REALM coordinates IMPETUSS Project PID2021-128090OB, funded by Spanish Ministry of Science and Innovation MICIN/AEI/10.13039/501100011033 and by ERDF A way of making Europe.

“Non-conventional solutions on luminescence-based high temperature thermometry for applications of industrial interest (IMPETUSS)” Project has been awarded for the period 01/09/2022 to 31/08/2025.

This project proposes new strategies for the design of contactless photoluminescence (PL) thermal probes spanning their operation range to temperatures well above 300 K. These probes will be based either on the PL of lanthanides (Ln) incorporated in inert refractory hosts or on that of carbon quantum dots (CQDs). In combination with remote reading techniques, the new developed thermal probes will enable the creation of bidimensional temperature maps, which may prevent device failures by allowing early detection of thermally aged areas.

REALM starts THINLAS Proof of Concept Project PDC-133326-I00, funded by the Spanish Ministry of Science and Innovation MICIN/AEI/10.13039/501100011033 and by the European Union NextGeneration/PRTR.

“Valorisation of CaNbGa garnets as thin disk elements in high power, high-rate, ultrashort pulsed laser oscillators (THINLAS)” project has been granted for the period 01/12/2022 to 30/11/2024.

This Project aims the extension of thin disk laser (TDL) technology, based on Yb doped YAG single crystals, to modelocked operation by using disordered single crystal Ca3(NbGa)5O12 garnets (CNGG) doped with Yb (or Tm, Ho, and Tm+Ho for emission in the λ≈ 2 µm region), to provide laser pulse durations in the femtosecond (1 fs= 10-15 s) time scale with large pulse peak powers. This is based on the large Yb3+ bandwidth in previously developed CNGG crystals, typically FWHM= 23.5 nm (or 221 cm-1), along with an optical absorption three times more efficient than in YAG, which promises thinner disks with better cooling. The productivity of laser material processing and monitoring in various fields will be greatly improved by a laser module with the characteristics described above. Just to mention some few examples: In photovoltaic silicon cell processing for CO2-free energy harvesting, surface texture free of chemical wastes will be possible. Polymeric soft transparent materials, extensively used in biomedical health care, can be welded and mechanically processed with λ≈ 2 µm laser equipment. LIDAR systems incorporating increased high power lasers and repetition rates will have longer penetration depths and better spatial resolution. Overall, the development of high power–high repletion rate lasers with ultrashort pulse duration will provide new tools for improving the wellness of the population through routes that are compatible with a sustainable and green manufacturing.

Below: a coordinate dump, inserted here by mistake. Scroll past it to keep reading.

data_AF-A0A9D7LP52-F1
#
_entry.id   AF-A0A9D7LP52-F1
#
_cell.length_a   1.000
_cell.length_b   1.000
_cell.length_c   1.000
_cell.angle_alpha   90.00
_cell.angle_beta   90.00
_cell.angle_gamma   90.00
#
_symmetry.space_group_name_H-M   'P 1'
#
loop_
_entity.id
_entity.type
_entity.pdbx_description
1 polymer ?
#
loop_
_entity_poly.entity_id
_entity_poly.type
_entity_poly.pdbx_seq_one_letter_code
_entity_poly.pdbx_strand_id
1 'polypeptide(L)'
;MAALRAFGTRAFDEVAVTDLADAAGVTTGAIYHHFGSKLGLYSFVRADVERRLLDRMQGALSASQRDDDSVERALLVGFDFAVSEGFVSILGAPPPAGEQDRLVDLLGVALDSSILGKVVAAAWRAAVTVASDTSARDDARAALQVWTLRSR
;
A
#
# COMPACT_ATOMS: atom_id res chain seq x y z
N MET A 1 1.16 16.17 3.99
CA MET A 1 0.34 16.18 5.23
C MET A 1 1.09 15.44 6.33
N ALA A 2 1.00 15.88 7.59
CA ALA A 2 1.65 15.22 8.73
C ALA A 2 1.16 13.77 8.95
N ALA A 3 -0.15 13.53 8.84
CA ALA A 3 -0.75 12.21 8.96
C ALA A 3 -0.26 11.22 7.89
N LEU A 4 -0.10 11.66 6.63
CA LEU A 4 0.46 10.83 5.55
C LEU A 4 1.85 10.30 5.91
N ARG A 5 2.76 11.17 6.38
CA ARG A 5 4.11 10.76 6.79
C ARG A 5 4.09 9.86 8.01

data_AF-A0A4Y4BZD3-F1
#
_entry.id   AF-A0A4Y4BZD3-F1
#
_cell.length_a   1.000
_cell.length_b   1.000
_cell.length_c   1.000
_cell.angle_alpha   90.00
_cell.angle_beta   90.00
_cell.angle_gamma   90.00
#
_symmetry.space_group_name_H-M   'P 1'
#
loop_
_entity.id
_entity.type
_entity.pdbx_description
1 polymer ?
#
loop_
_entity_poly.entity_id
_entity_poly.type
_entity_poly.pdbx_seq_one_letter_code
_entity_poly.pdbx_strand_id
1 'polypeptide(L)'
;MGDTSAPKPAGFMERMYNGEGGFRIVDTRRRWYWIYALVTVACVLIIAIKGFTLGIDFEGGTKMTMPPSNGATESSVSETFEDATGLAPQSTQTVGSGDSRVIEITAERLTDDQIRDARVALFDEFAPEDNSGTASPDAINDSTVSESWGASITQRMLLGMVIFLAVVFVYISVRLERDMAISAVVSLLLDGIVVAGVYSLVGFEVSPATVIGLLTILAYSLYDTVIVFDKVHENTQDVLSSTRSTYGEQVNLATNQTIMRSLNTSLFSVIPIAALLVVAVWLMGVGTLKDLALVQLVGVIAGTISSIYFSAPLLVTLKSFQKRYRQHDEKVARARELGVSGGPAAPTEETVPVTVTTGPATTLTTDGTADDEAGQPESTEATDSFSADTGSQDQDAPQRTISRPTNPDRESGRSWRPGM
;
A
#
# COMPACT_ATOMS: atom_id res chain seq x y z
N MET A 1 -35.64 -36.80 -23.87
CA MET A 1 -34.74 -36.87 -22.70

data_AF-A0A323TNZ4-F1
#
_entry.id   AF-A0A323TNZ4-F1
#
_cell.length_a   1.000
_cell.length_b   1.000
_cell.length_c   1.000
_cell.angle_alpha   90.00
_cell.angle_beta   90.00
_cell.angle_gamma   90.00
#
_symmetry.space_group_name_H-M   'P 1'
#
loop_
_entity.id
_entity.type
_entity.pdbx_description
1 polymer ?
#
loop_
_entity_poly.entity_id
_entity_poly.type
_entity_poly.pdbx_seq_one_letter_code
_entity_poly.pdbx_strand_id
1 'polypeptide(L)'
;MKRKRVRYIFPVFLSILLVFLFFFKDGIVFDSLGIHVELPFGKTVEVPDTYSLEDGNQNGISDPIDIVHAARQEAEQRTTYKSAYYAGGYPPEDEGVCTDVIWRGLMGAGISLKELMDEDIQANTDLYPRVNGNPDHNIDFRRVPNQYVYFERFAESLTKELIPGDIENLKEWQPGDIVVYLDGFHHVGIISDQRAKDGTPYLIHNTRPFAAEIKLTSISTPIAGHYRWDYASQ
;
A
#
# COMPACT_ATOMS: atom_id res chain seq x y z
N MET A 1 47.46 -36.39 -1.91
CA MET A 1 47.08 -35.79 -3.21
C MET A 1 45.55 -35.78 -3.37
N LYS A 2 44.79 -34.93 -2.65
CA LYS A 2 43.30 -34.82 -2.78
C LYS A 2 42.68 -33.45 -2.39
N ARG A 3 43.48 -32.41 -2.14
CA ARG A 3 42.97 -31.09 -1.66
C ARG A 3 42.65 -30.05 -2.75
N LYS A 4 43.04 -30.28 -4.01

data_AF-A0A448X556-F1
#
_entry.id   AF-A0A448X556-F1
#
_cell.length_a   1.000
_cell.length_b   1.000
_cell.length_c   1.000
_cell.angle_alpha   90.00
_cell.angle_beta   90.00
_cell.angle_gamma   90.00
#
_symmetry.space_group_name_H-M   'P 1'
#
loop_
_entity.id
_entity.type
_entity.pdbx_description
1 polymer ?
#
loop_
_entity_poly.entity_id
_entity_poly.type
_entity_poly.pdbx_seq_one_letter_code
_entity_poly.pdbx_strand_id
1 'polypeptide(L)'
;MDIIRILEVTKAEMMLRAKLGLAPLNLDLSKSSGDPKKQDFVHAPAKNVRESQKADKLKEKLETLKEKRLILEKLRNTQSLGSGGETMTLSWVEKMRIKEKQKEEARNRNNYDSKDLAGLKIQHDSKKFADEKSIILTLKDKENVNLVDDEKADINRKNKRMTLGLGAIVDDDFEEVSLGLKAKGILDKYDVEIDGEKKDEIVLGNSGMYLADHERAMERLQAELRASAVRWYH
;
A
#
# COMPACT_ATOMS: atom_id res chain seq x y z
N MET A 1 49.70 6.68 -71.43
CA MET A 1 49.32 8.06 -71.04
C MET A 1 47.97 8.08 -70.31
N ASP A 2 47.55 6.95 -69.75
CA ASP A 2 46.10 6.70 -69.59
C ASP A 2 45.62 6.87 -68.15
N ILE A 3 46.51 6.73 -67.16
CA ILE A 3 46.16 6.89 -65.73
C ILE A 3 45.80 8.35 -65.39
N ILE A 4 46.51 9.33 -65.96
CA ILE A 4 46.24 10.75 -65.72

Avoiding Degradation of Upconversion Nanoparticles by Using Hydrophobic Polymer Shells

The article «Upconverting Nanoparticles in Aqueous Media: Not a Dead-End Road. Avoiding Degradation by Using Hydrophobic Polymer Shells», published in Small, 2021, 2105652 a new strategy to coat and protect β-NaYF4 upconversion nanoparticles (UCNPs) against degradation in aqueous media by growing a hydrophobic polymer shell (HPS) through miniemulsion polymerization of styrene (St), or St and methyl methacrylate mixtures.

Stability studies reveal that these HPSs serve as a very effective barrier, impeding polar molecules to affect UCNPs optical properties. Even more, it allows UCNPs to withstand aggressive conditions such as high dilutions (5 μg mL−1), high phosphate concentrations (100 mm), and high temperatures (70 °C).


REALM joins COST Action CA17115 – European network for advancing Electromagnetic hyperthermic medical technologies: MyWAVE

Electromagnetic (EM) hyperthermic technologies hold great potential in the treatment of diseases, especially for cancers that are resistant to standard regimens. Hyperthermia is particularly effective in treatment of cervical and breast cancer, head and neck cancers, sarcoma in adults, and germ cell tumours in children; while radiofrequency and microwave ablation offer promise for treating liver, kidney, and lung cancers.

Accurate knowledge of the dielectric and thermal properties of tissues is needed for the development of hyperthermia-based technologies and de-risk the technical challenge before commercialization, However, often researchers working on the development of medical technologies are not fully aware of, and not trained to address the clinical and commercialisation challenges facing novel medical devices.

The MyWAVE Action takes a holistic approach by bringing together key players in the field of dielectric spectroscopy, translational research, and medical professionals. Conjoining these varied communities into one collaborative network is critical to advance the design, development, and commercialisation of EM hyperthermic technologies, so that they can reach patients faster and improve treatment outcomes.

Furthermore MyWAVE also support the training of young scientists as well as scientific conferences in EU countries.